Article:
SENATE BILL REPORT
This analysis was prepared by non-partisan legislative staff for the use of legislative members in their deliberations. This analysis is not a part of the legislation nor does it constitute a statement of legislative intent.
As of February 15, 2016
Title: An act relating to reducing public health threats that particularly impact highly exposed populations, including children and firefighters, by establishing a process for the department of health to restrict the use of toxic flame retardant chemicals in certain types of consumer products.
Brief Description: Reducing public health threats that particularly impact highly exposed populations, including children and firefighters, by establishing a process for the department of health to restrict the use of toxic flame retardant chemicals in certain types of consumer products.
Sponsors: Senators Parlette, Cleveland, Becker, Rolfes, Warnick, Bailey, Miloscia, Nelson, Angel, Brown, Rivers, Frockt, Dammeier, O'Ban, King, Litzow, Hewitt, Fraser, Liias, Billig, Pedersen, Darneille, McCoy, Jayapal, Habib, Benton, Chase and Hasegawa.
Committee Activity: Health Care: 1/28/16.
SENATE COMMITTEE ON HEALTH CARE
Staff: Mich'l Needham (786-7442)
Background: A manufacturer, wholesaler, or retailer may not manufacture, sell or distribute a children's product or product component that contains the following:
lead at more than .009 percent by weigh, or 90 parts per million;
cadmium at more than .004 percent by weight, or forty parts per million;
phthalates, individually or in combination, at more than .10 percent by weight, or 1,000 parts per million.
The Department of Ecology (Ecology), in consultation with the Department of Health (DOH), has developed a list of chemicals of high concern for children (CHCC). Among the chemicals on the list are the following flame retardants:
TDCPP (tris (1, 3-dicholoro-2-propyl) phosphate);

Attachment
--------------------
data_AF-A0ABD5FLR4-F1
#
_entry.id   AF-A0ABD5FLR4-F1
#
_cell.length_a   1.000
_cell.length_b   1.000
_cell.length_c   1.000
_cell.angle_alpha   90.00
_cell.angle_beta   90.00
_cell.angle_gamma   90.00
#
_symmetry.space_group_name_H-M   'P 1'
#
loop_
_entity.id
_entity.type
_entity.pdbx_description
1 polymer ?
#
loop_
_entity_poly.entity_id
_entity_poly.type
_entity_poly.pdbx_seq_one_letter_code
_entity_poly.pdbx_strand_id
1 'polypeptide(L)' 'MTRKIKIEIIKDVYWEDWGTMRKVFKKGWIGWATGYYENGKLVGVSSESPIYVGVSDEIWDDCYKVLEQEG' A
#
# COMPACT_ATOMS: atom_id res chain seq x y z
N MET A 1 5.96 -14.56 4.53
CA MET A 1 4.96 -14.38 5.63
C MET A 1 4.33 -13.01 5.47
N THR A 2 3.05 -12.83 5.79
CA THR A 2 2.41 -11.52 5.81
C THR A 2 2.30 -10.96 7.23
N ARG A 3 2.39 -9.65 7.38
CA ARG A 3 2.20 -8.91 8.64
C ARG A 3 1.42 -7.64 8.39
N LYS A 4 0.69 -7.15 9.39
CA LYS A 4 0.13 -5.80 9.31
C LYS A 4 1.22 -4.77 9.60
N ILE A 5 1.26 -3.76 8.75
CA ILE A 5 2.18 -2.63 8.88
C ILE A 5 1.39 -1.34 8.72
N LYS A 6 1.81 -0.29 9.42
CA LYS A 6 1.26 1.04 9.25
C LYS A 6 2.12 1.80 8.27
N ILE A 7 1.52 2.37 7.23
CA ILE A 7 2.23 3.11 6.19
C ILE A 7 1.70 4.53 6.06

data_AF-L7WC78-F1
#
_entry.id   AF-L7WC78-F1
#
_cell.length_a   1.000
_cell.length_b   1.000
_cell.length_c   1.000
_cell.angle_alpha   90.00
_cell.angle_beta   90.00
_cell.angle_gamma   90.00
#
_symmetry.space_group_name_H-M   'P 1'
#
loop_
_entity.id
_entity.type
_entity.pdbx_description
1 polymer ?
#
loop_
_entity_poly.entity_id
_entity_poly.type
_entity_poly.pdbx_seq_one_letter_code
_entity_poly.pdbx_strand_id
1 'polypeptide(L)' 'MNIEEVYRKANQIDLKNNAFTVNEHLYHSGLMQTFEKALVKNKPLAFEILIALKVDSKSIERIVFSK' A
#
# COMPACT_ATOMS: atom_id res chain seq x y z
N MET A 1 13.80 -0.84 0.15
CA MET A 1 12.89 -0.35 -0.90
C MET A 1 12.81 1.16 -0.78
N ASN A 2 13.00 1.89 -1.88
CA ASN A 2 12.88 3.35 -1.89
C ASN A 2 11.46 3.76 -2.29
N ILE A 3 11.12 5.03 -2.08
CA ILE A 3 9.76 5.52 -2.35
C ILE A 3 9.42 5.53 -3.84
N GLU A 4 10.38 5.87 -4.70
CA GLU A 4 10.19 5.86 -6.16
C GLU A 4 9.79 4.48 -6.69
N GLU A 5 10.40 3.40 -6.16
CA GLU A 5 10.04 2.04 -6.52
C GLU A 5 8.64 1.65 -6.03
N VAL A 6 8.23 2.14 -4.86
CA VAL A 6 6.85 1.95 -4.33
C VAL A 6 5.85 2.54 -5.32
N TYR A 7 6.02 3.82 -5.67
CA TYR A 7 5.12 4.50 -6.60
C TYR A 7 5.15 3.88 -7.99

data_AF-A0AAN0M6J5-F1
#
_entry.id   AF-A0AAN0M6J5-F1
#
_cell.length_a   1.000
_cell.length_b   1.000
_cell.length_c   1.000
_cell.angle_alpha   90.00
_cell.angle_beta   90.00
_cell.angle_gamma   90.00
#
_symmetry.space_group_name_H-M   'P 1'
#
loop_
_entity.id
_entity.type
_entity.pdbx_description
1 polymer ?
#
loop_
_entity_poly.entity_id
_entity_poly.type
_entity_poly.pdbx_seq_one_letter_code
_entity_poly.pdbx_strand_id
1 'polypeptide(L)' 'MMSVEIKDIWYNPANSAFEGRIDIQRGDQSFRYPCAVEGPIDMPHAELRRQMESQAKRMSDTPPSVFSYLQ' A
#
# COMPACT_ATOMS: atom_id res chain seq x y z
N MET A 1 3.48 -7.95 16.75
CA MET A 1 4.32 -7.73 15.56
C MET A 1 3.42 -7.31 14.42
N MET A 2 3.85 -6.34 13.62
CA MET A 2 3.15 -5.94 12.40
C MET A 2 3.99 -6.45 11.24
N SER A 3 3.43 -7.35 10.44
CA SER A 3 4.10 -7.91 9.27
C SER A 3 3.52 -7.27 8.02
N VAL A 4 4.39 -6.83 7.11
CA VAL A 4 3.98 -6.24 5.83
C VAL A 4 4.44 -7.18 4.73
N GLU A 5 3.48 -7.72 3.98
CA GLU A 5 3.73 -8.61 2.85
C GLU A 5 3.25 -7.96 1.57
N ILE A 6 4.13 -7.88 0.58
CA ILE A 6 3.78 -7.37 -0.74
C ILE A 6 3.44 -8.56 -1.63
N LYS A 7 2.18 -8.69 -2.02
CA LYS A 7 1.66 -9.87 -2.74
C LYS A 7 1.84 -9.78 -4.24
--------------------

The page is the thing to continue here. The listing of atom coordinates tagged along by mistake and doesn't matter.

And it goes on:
TCEP (tris (2-chloroethyl) phosphate);
HBCD (hexabromocyclododecane); and
additive TBBPA (tetrabromobisphenol A).
Manufacturers must provide notice to Ecology that the manufacturer's product contains a chemical on the CHCC list and Ecology has enforcement authority if manufacturers fail to provide notice.
At the federal level, the United States Consumer Product Safety Commission (CPSC) sets both mandatory and voluntary safety standards for consumer products, including fire safety standards. Under the federal Flammable Fabrics Act, the CPSC has used its regulatory authority to establish mandatory flammability standards for furniture and for many types of children's products. At the state level, the State Building Code Council has adopted an amended version of the International Fire Code, which includes flammability standards for upholstered furniture in new and existing buildings.
In the 2014 Supplemental Operating Budget the Legislature directed Ecology to test for the presence of flame retardants in children's products and furniture and to analyze TBBPA and antimony compounds used as flame retardants. In January 2015 the Department submitted a report to the Legislature that recommended the restriction of 10 flame retardants in children's products and furniture, including TCEP, TDCPP, HBCD, and certain forms of TBBPA.
Summary of Bill: Beginning July 1, 2017, no manufacturer, wholesale, or retailer may manufacture, knowingly sell, offer for sale, distribute for sale, or distribute for use in the state any children's products or residential upholstered furniture containing any of the following flame retardants in amounts greater than 1000 parts per million in any product component: